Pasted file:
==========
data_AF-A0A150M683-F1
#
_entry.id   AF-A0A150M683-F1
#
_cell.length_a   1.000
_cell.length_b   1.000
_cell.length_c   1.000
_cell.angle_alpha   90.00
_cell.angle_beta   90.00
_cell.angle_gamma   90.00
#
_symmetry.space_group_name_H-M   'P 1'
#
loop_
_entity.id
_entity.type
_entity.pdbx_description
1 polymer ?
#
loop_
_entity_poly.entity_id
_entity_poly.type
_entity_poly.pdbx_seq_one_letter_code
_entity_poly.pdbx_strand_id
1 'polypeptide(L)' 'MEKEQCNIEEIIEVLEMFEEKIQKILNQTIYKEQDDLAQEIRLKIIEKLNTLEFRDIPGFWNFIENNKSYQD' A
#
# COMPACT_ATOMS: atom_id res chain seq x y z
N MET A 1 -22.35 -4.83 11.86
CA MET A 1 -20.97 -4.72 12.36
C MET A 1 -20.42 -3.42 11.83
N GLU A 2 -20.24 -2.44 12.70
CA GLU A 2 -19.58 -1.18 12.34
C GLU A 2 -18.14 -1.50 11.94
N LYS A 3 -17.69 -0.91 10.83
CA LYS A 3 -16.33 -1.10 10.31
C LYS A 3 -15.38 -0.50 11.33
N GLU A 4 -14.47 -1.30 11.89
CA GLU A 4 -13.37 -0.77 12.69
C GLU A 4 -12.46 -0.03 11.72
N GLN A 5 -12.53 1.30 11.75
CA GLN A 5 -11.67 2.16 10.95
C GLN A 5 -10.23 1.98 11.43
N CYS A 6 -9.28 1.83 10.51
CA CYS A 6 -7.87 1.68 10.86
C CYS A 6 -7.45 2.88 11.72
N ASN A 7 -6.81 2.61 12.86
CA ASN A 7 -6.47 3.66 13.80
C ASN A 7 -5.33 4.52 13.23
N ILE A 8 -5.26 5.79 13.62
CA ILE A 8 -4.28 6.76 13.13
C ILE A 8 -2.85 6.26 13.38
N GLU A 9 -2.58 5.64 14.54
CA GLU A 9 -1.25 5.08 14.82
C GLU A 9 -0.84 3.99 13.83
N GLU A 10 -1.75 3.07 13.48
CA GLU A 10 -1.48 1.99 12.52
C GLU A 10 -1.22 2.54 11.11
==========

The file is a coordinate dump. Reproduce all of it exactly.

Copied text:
data_AF-A0A150M683-F1
#
_entry.id   AF-A0A150M683-F1
#
_cell.length_a   1.000
_cell.length_b   1.000
_cell.length_c   1.000
_cell.angle_alpha   90.00
_cell.angle_beta   90.00
_cell.angle_gamma   90.00
#
_symmetry.space_group_name_H-M   'P 1'
#
loop_
_entity.id
_entity.type
_entity.pdbx_description
1 polymer ?
#
loop_
_entity_poly.entity_id
_entity_poly.type
_entity_poly.pdbx_seq_one_letter_code
_entity_poly.pdbx_strand_id
1 'polypeptide(L)' 'MEKEQCNIEEIIEVLEMFEEKIQKILNQTIYKEQDDLAQEIRLKIIEKLNTLEFRDIPGFWNFIENNKSYQD' A
#
# COMPACT_ATOMS: atom_id res chain seq x y z
N MET A 1 -22.35 -4.83 11.86
CA MET A 1 -20.97 -4.72 12.36
C MET A 1 -20.42 -3.42 11.83
N GLU A 2 -20.24 -2.44 12.70
CA GLU A 2 -19.58 -1.18 12.34
C GLU A 2 -18.14 -1.50 11.94
N LYS A 3 -17.69 -0.91 10.83
CA LYS A 3 -16.33 -1.10 10.31
C LYS A 3 -15.38 -0.50 11.33
N GLU A 4 -14.47 -1.30 11.89
CA GLU A 4 -13.37 -0.77 12.69
C GLU A 4 -12.46 -0.03 11.72
N GLN A 5 -12.53 1.30 11.75
CA GLN A 5 -11.67 2.16 10.95
C GLN A 5 -10.23 1.98 11.43
N CYS A 6 -9.28 1.83 10.51
CA CYS A 6 -7.87 1.68 10.86
C CYS A 6 -7.45 2.88 11.72
N ASN A 7 -6.81 2.61 12.86
CA ASN A 7 -6.47 3.66 13.80
C ASN A 7 -5.33 4.52 13.23
N ILE A 8 -5.26 5.79 13.62
CA ILE A 8 -4.28 6.76 13.13
C ILE A 8 -2.85 6.26 13.38
N GLU A 9 -2.58 5.64 14.54
CA GLU A 9 -1.25 5.08 14.82
C GLU A 9 -0.84 3.99 13.83
N GLU A 10 -1.75 3.07 13.48
CA GLU A 10 -1.48 1.99 12.52
C GLU A 10 -1.22 2.54 11.11